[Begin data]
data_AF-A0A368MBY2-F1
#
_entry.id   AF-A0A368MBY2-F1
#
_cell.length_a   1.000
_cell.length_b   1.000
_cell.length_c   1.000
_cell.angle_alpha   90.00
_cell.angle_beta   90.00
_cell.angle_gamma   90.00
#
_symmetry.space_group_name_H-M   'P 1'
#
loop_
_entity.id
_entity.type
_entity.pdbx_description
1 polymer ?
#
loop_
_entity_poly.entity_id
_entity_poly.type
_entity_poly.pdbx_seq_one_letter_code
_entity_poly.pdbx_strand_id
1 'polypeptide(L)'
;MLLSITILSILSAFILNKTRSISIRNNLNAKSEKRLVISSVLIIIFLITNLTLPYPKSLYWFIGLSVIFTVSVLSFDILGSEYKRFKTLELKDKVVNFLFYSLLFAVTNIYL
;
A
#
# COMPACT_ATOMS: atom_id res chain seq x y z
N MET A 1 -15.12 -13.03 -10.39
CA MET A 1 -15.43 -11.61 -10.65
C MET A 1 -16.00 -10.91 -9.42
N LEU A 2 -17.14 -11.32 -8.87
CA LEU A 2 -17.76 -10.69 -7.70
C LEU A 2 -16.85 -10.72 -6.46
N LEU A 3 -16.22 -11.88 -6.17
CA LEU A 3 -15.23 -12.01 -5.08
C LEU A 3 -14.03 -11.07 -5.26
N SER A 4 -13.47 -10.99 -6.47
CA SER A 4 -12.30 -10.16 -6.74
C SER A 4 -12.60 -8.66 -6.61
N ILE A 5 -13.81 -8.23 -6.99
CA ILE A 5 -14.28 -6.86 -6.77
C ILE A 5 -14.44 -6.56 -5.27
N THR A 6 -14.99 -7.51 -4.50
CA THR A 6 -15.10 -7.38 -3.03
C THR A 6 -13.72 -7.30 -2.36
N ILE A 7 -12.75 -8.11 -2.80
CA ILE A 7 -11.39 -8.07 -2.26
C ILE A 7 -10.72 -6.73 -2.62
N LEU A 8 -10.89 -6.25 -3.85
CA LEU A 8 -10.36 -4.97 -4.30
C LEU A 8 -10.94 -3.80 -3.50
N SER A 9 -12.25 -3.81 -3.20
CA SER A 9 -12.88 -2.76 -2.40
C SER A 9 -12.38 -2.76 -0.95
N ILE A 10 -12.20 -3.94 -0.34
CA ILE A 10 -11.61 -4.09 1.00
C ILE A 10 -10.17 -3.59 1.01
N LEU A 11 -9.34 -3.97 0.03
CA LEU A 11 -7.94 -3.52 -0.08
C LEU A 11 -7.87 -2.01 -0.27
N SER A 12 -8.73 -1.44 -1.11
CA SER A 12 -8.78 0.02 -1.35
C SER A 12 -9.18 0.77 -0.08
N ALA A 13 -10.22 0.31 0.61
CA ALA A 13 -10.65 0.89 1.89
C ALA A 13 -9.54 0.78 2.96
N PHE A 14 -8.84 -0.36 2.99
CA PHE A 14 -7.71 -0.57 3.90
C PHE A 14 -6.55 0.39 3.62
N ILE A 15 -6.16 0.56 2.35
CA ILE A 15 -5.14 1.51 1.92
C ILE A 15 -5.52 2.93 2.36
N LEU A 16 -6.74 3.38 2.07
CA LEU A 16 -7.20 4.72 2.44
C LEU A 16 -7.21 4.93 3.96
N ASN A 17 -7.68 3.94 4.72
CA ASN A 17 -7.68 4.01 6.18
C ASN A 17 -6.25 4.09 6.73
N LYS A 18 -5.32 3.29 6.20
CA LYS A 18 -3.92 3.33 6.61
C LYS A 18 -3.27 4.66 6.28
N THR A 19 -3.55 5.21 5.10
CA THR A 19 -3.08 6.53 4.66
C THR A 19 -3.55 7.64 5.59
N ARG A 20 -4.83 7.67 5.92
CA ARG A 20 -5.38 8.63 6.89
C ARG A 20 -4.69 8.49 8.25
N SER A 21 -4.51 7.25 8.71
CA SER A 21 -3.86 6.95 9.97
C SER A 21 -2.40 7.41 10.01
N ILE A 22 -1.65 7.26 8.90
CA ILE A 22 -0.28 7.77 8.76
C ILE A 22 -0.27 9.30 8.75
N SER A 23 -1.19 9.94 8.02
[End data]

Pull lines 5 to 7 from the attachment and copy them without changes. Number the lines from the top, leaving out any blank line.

_cell.length_a   1.000
_cell.length_b   1.000
_cell.length_c   1.000